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Sunday, December 30, 2007

The Windmills - Graciosa Island - Azores

The landscape of Graciosa attracts and fascinates the visitor. It is made up of plains, round hills covered with trees, vineyards lying between dark stone walls, chequered fields of tilled land and the constant presence of the blue sea. What also attracts and fascinates is the atmosphere of calm isolation that is lived and felt, the unusual situation of an island that is almost cut off from the world and where life maintains the rhythm of the seasons.

The windmills
The arms and wooden lattices which are covered with cloth when greater speed is desired or the wind is weak. The walls of the cone-like trunk are while-washed. The door and the small windows are edged in blue or red. The whole is covered by an onion-shaped dome ending in a point. That is what the picturesque windmills of Graciosa are like. Flapping their wings at the tops of hills, particularly in the Praia area, they can be considered the true symbol of the island.
The outline and shape of these windmills recall those which for centuries ground flour or pumped water in the fields of northern Europe. But is their origin connected with the presence of Flemings in the settlement of the Azores? The answer to this question is neither simple nor positive. It is known that in the Azores wheat was formerly ground by water-mills where streams existed or by mills where the stones were moved by patient oxen or donkeys. These mills - which are still in operation in some islands - were a royal privilege entrusted, as a reward, to the captains-donees and nobles. It was only with the end of absolutism in the early l9th century that milling was freed from feudal rights and made tax-free. Researchers believe that the first windmill was built in 1818 at the initiative of a priest on Terceira island. Others followed and the windmills spread all over the archipelago, except for the island of Flores where there are many water-mills.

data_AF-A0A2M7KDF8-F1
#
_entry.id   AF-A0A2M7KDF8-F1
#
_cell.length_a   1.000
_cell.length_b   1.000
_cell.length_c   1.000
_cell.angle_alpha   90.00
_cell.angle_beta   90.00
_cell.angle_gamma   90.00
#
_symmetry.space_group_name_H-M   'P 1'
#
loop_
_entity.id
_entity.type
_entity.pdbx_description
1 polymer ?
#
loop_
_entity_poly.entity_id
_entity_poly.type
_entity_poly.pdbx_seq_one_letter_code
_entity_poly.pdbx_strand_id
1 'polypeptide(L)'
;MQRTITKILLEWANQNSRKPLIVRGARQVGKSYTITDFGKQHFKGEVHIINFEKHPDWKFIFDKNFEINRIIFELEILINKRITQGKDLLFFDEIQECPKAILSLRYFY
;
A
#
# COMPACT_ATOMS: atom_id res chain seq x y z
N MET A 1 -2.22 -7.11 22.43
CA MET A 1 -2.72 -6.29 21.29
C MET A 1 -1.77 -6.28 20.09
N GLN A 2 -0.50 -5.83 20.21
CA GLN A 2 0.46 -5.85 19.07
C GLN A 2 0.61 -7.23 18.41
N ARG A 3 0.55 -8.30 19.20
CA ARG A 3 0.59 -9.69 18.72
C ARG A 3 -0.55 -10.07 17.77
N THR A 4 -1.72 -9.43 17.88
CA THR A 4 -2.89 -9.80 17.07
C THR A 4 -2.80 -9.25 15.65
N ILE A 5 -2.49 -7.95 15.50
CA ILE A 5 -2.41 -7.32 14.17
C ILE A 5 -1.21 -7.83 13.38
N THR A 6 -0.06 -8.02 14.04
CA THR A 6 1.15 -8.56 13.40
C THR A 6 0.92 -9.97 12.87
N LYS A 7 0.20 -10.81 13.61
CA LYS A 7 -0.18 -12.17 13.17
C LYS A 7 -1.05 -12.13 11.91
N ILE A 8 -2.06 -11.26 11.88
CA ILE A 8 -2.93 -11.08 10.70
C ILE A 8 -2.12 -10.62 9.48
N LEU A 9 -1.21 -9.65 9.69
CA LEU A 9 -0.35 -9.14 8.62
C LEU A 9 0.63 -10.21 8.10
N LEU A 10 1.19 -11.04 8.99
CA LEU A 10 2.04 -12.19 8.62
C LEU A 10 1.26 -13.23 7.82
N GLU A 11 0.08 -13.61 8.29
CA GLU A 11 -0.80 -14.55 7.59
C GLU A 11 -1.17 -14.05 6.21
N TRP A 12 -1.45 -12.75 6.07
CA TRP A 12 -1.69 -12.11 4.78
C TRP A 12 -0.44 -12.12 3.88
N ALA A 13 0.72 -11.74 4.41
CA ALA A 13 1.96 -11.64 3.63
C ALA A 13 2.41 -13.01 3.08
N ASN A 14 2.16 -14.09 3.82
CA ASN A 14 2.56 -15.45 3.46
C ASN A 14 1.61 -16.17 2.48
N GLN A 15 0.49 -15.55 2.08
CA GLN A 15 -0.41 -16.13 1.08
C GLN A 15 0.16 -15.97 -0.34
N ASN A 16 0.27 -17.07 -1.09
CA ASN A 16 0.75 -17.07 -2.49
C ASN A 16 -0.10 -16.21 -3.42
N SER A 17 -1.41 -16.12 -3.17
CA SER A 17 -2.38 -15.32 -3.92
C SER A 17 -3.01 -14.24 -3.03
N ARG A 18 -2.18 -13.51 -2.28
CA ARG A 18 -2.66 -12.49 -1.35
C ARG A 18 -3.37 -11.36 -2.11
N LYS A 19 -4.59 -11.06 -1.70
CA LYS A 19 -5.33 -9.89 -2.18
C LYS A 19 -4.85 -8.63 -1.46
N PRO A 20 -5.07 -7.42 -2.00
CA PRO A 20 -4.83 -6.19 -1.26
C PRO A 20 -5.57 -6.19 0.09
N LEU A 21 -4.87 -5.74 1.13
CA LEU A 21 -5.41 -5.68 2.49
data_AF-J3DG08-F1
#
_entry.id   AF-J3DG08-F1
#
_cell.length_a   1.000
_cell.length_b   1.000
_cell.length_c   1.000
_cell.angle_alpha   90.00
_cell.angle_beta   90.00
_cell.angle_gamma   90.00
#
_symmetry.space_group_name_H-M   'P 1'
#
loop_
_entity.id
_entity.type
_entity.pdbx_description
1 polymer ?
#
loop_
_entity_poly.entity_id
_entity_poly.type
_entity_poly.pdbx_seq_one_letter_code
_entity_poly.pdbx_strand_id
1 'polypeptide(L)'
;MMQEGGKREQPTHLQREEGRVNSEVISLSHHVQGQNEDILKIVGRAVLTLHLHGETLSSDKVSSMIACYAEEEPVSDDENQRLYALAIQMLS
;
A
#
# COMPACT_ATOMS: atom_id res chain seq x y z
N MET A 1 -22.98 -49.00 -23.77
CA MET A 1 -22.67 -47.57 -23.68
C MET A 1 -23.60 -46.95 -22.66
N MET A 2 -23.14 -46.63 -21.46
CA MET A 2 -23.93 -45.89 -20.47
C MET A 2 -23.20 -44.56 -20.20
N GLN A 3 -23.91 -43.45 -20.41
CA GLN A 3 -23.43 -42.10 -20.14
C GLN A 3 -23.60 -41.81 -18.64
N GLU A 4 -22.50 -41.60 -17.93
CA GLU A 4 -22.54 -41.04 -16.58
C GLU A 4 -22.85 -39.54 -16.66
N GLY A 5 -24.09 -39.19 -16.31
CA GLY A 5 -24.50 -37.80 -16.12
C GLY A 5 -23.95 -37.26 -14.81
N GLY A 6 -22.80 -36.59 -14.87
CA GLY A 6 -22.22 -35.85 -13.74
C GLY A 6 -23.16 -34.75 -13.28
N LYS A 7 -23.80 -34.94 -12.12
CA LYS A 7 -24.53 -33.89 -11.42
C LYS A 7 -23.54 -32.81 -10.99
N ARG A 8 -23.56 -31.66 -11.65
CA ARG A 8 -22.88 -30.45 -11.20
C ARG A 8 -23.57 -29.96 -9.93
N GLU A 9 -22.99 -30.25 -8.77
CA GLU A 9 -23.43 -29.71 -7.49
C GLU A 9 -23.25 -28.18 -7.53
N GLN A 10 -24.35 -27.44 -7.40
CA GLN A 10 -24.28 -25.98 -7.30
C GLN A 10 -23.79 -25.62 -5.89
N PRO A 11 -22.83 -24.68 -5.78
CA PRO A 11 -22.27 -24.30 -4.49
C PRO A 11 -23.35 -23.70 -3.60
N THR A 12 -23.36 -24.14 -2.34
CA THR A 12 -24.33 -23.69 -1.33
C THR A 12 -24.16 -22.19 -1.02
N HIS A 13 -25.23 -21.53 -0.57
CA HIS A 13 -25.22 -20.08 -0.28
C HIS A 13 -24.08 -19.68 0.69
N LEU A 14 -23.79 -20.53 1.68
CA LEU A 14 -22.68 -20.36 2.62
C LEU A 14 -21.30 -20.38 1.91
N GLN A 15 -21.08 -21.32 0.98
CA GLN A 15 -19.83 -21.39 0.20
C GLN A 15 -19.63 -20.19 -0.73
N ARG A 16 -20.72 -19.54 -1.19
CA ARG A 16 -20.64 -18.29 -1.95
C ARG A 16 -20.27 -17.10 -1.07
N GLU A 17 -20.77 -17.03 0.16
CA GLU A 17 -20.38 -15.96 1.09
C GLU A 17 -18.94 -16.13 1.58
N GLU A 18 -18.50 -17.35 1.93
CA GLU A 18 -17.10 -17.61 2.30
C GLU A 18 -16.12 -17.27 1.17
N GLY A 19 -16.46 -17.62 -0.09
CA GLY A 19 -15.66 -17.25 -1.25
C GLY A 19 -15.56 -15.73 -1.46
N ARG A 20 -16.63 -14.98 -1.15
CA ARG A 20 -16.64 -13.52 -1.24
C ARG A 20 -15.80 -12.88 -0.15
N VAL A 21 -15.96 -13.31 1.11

The windmills used in the Azores vary from island to island. On Graciosa it is the dome that is moved to accompany the direction of the wind, using for the purpose a long wooden pole that almost touches the ground. On Faial, for example, it is the whole body of the windmill, built of wood and other light materials, that rotates on the stone tower on which it is based. The enigma of the origin of the windmills of the Azores therefore remains But the windmills fit so well into the green landscape that they deserve to have been there at the very beginning, awaiting the first settlers.

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